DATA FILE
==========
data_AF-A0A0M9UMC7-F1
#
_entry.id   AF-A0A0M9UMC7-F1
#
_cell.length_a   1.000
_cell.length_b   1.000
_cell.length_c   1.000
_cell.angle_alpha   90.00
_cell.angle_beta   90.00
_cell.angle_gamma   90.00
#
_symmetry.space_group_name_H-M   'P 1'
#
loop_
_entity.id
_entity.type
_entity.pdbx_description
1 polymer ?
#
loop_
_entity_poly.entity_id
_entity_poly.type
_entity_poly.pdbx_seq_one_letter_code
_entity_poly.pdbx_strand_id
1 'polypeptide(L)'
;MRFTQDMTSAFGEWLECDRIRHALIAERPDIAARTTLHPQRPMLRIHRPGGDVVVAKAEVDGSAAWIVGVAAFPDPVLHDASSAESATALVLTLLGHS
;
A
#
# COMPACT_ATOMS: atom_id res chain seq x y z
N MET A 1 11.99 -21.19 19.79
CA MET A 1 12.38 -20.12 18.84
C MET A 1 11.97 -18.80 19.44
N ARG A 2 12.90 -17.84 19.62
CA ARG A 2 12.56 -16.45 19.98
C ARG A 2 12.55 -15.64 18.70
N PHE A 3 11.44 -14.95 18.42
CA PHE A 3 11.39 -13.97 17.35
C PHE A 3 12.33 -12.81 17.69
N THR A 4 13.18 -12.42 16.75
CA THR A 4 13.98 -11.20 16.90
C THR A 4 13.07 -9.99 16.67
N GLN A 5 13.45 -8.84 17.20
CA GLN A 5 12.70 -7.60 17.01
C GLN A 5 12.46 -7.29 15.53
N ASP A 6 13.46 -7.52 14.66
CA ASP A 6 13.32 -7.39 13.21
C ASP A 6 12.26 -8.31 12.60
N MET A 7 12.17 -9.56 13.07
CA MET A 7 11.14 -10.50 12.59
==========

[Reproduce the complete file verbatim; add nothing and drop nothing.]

data_AF-A0A0M9UMC7-F1
#
_entry.id   AF-A0A0M9UMC7-F1
#
_cell.length_a   1.000
_cell.length_b   1.000
_cell.length_c   1.000
_cell.angle_alpha   90.00
_cell.angle_beta   90.00
_cell.angle_gamma   90.00
#
_symmetry.space_group_name_H-M   'P 1'
#
loop_
_entity.id
_entity.type
_entity.pdbx_description
1 polymer ?
#
loop_
_entity_poly.entity_id
_entity_poly.type
_entity_poly.pdbx_seq_one_letter_code
_entity_poly.pdbx_strand_id
1 'polypeptide(L)'
;MRFTQDMTSAFGEWLECDRIRHALIAERPDIAARTTLHPQRPMLRIHRPGGDVVVAKAEVDGSAAWIVGVAAFPDPVLHDASSAESATALVLTLLGHS
;
A
#
# COMPACT_ATOMS: atom_id res chain seq x y z
N MET A 1 11.99 -21.19 19.79
CA MET A 1 12.38 -20.12 18.84
C MET A 1 11.97 -18.80 19.44
N ARG A 2 12.90 -17.84 19.62
CA ARG A 2 12.56 -16.45 19.98
C ARG A 2 12.55 -15.64 18.70
N PHE A 3 11.44 -14.95 18.42
CA PHE A 3 11.39 -13.97 17.35
C PHE A 3 12.33 -12.81 17.69
N THR A 4 13.18 -12.42 16.75
CA THR A 4 13.98 -11.20 16.90
C THR A 4 13.07 -9.99 16.67
N GLN A 5 13.45 -8.84 17.20
CA GLN A 5 12.70 -7.60 17.01
C GLN A 5 12.46 -7.29 15.53
N ASP A 6 13.46 -7.52 14.66
CA ASP A 6 13.32 -7.39 13.21
C ASP A 6 12.26 -8.31 12.60
N MET A 7 12.17 -9.56 13.07
CA MET A 7 11.14 -10.50 12.59